Sleep Apnea

Take this quick survey to determine whether or not you should make an appointment for a free screening and evaluation.

If you answer YES to two or more of these questions, you may be suffering from Sleep Apnea. The National Sleep Foundation reports that approximately 90 million Americans suffer from some form of snoring or Sleep Apnea, also known as Obstructive Sleep Apnea (OSA). Out of an estimated 18 million Americans with Obstructive Sleep Apnea, a whopping 16 million remain untreated and undiagnosed.

1. Do you often feel tired or fatigued?
2. Are you a loud, habitual snorer?
3. Is your throat ever sore and itchy in the morning?
4. Have you ever been observed choking, gasping, or holding your breath during sleep?
5. Do you suffer from poor concentration, memory loss or depression?
6. Are you overweight, diabetic or hypertensive?
7. Do you have any heart disease?
8. Do you fall asleep easily during your waking hours either at home or at work?
9. Do you wake up with a headache?

Sleep apnea is a serious and potentially life threatening disorder involving repeated pauses in breathing while asleep. The most common form of this condition is obstructive sleep apnea. This occurs when there is an obstruction of an individual’s airway that interferes with the flow of oxygen through the nose or mouth during sleep.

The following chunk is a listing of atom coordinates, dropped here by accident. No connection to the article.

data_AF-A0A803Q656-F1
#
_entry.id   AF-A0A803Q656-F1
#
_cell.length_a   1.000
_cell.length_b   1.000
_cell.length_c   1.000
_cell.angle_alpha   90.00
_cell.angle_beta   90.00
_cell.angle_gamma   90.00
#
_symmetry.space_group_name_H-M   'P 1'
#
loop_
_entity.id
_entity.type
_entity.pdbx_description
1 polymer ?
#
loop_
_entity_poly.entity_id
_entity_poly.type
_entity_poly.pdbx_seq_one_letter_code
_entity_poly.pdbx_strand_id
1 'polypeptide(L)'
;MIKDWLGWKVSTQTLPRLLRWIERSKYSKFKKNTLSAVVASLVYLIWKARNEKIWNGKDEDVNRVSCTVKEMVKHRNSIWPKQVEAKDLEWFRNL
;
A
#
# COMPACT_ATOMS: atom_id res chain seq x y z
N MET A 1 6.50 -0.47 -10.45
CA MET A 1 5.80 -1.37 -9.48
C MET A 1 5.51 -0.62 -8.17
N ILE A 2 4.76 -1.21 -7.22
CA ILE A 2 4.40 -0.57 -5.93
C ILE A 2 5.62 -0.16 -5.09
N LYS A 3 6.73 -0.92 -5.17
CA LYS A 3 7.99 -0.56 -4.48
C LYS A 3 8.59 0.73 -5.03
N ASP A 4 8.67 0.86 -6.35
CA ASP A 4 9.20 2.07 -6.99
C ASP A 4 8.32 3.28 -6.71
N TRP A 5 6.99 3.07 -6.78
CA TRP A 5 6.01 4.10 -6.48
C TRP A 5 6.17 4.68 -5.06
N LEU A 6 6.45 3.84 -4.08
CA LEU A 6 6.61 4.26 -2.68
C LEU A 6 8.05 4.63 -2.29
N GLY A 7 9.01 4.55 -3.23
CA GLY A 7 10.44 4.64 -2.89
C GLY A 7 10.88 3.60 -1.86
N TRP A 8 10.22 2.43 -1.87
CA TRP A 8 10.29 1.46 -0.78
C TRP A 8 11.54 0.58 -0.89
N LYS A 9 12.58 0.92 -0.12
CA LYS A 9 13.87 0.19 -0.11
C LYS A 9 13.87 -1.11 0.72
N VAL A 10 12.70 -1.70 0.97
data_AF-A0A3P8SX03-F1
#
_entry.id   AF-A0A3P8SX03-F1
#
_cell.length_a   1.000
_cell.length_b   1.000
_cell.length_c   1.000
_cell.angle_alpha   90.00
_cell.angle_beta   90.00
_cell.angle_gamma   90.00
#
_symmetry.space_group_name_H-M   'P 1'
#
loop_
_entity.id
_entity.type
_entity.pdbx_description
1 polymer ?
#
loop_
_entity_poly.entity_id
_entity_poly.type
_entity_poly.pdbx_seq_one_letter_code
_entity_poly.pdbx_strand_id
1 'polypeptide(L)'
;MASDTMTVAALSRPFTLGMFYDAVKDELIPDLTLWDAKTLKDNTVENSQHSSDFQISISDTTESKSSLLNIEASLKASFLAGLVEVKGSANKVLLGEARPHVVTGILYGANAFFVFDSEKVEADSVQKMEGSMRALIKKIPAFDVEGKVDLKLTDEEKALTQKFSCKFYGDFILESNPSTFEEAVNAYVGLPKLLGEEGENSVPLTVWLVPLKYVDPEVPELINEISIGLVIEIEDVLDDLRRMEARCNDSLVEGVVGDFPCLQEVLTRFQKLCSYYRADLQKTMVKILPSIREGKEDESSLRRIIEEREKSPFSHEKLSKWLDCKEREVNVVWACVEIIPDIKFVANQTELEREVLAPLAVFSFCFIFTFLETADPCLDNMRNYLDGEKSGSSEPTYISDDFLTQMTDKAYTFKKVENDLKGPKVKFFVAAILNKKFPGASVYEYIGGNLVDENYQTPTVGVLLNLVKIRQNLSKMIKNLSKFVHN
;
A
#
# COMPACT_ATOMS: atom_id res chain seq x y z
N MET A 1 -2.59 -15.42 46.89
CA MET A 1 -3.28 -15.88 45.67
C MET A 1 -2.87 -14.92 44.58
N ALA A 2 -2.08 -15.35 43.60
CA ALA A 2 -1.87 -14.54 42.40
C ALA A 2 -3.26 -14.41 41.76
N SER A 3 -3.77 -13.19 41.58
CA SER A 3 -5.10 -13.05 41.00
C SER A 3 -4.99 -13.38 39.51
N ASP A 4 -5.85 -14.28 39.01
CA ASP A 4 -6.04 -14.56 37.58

In someone afflicted with obstructive sleep apnea, the muscles of the throat and mouth relax during sleep to the point where they fall back into the upper airway and create a blockage that restricts breathing.

The signs and symptoms of this disorder during sleeping hours may include, loud snoring, episodes of breathing cessation, abrupt awakenings, episodes of gasping for air, along with difficulties getting a good night’s sleep. An individual with sleep apnea will exhibit problems during the day as well. Sleep apnea can lead to a morning headache, excessive daytime sleepiness, difficulty concentrating, and irritability.

A sleep study is typically conducted to determine the severity of the disorder. The results of this study along with other medical findings will play a role in determining the recommended therapy. The most common form of therapy is a CPAP machine that is worn when sleeping. This device provides a steady stream of pressurized air into the respiratory system through a mask.

In situations of mild to moderate sleep apnea, a dental appliance may be deemed the appropriate treatment. Worn in a similar fashion to a mouth guard or an orthodontic retainer, it is designed to help keep the tongue and soft tissues in the back of the throat from collapsing, thereby enabling the airway to stay open during sleep. An oral appliance is easy to wear, easy to care for, comfortable, and portable. Oral appliances are individually fabricated, and customized for both maximum effectiveness and comfort.